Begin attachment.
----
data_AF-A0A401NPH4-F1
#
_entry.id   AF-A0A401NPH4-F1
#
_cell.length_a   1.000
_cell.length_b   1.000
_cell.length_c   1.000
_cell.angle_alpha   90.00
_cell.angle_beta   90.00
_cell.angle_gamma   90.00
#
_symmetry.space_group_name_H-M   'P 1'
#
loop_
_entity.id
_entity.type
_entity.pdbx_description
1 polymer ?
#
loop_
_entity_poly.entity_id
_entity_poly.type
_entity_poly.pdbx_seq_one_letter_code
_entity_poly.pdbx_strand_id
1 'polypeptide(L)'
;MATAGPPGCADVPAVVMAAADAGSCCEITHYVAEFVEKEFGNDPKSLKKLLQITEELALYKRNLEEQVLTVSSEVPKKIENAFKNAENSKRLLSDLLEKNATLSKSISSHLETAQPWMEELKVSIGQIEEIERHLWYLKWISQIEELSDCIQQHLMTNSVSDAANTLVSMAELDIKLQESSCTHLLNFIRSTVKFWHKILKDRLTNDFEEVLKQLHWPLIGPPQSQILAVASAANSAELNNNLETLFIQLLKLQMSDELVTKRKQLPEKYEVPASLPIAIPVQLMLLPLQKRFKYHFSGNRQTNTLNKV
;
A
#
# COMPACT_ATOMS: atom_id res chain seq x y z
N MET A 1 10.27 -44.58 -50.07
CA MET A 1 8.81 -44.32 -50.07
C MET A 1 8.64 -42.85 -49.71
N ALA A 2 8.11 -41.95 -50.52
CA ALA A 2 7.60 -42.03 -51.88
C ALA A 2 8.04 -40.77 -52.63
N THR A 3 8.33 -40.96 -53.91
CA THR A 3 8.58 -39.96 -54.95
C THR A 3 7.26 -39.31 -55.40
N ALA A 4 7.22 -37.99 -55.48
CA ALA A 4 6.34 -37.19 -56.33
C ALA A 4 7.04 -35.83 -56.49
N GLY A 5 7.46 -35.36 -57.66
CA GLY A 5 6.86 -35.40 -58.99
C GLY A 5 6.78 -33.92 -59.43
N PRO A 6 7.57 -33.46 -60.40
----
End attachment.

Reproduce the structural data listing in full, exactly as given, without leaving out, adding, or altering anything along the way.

data_AF-A0A401NPH4-F1
#
_entry.id   AF-A0A401NPH4-F1
#
_cell.length_a   1.000
_cell.length_b   1.000
_cell.length_c   1.000
_cell.angle_alpha   90.00
_cell.angle_beta   90.00
_cell.angle_gamma   90.00
#
_symmetry.space_group_name_H-M   'P 1'
#
loop_
_entity.id
_entity.type
_entity.pdbx_description
1 polymer ?
#
loop_
_entity_poly.entity_id
_entity_poly.type
_entity_poly.pdbx_seq_one_letter_code
_entity_poly.pdbx_strand_id
1 'polypeptide(L)'
;MATAGPPGCADVPAVVMAAADAGSCCEITHYVAEFVEKEFGNDPKSLKKLLQITEELALYKRNLEEQVLTVSSEVPKKIENAFKNAENSKRLLSDLLEKNATLSKSISSHLETAQPWMEELKVSIGQIEEIERHLWYLKWISQIEELSDCIQQHLMTNSVSDAANTLVSMAELDIKLQESSCTHLLNFIRSTVKFWHKILKDRLTNDFEEVLKQLHWPLIGPPQSQILAVASAANSAELNNNLETLFIQLLKLQMSDELVTKRKQLPEKYEVPASLPIAIPVQLMLLPLQKRFKYHFSGNRQTNTLNKV
;
A
#
# COMPACT_ATOMS: atom_id res chain seq x y z
N MET A 1 10.27 -44.58 -50.07
CA MET A 1 8.81 -44.32 -50.07
C MET A 1 8.64 -42.85 -49.71
N ALA A 2 8.11 -41.95 -50.52
CA ALA A 2 7.60 -42.03 -51.88
C ALA A 2 8.04 -40.77 -52.63
N THR A 3 8.33 -40.96 -53.91
CA THR A 3 8.58 -39.96 -54.95
C THR A 3 7.26 -39.31 -55.40
N ALA A 4 7.22 -37.99 -55.48
CA ALA A 4 6.34 -37.19 -56.33
C ALA A 4 7.04 -35.83 -56.49
N GLY A 5 7.46 -35.36 -57.66
CA GLY A 5 6.86 -35.40 -58.99
C GLY A 5 6.78 -33.92 -59.43
N PRO A 6 7.57 -33.46 -60.40